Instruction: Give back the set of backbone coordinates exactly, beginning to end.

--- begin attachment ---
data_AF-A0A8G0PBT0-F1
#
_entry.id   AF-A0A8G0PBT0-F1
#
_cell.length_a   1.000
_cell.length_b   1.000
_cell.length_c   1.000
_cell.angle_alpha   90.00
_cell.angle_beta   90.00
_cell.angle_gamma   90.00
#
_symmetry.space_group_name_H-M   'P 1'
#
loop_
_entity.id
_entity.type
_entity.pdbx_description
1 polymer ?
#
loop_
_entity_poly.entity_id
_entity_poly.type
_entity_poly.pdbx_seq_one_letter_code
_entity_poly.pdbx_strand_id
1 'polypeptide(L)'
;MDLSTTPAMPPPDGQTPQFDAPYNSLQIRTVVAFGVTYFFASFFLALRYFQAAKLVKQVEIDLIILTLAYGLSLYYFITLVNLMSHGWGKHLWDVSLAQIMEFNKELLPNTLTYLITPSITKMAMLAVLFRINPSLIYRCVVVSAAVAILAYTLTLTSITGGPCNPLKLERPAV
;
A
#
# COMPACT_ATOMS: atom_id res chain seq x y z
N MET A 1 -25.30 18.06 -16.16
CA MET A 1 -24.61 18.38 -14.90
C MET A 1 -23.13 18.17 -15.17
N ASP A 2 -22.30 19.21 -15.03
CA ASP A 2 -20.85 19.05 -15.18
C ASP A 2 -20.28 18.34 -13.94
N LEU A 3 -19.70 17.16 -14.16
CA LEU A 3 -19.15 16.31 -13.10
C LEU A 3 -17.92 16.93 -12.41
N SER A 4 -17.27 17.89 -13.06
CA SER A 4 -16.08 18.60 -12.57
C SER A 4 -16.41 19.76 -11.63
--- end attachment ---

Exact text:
data_AF-A0A8G0PBT0-F1
#
_entry.id   AF-A0A8G0PBT0-F1
#
_cell.length_a   1.000
_cell.length_b   1.000
_cell.length_c   1.000
_cell.angle_alpha   90.00
_cell.angle_beta   90.00
_cell.angle_gamma   90.00
#
_symmetry.space_group_name_H-M   'P 1'
#
loop_
_entity.id
_entity.type
_entity.pdbx_description
1 polymer ?
#
loop_
_entity_poly.entity_id
_entity_poly.type
_entity_poly.pdbx_seq_one_letter_code
_entity_poly.pdbx_strand_id
1 'polypeptide(L)'
;MDLSTTPAMPPPDGQTPQFDAPYNSLQIRTVVAFGVTYFFASFFLALRYFQAAKLVKQVEIDLIILTLAYGLSLYYFITLVNLMSHGWGKHLWDVSLAQIMEFNKELLPNTLTYLITPSITKMAMLAVLFRINPSLIYRCVVVSAAVAILAYTLTLTSITGGPCNPLKLERPAV
;
A
#
# COMPACT_ATOMS: atom_id res chain seq x y z
N MET A 1 -25.30 18.06 -16.16
CA MET A 1 -24.61 18.38 -14.90
C MET A 1 -23.13 18.17 -15.17
N ASP A 2 -22.30 19.21 -15.03
CA ASP A 2 -20.85 19.05 -15.18
C ASP A 2 -20.28 18.34 -13.94
N LEU A 3 -19.70 17.16 -14.16
CA LEU A 3 -19.15 16.31 -13.10
C LEU A 3 -17.92 16.93 -12.41
N SER A 4 -17.27 17.89 -13.06
CA SER A 4 -16.08 18.60 -12.57
C SER A 4 -16.41 19.76 -11.63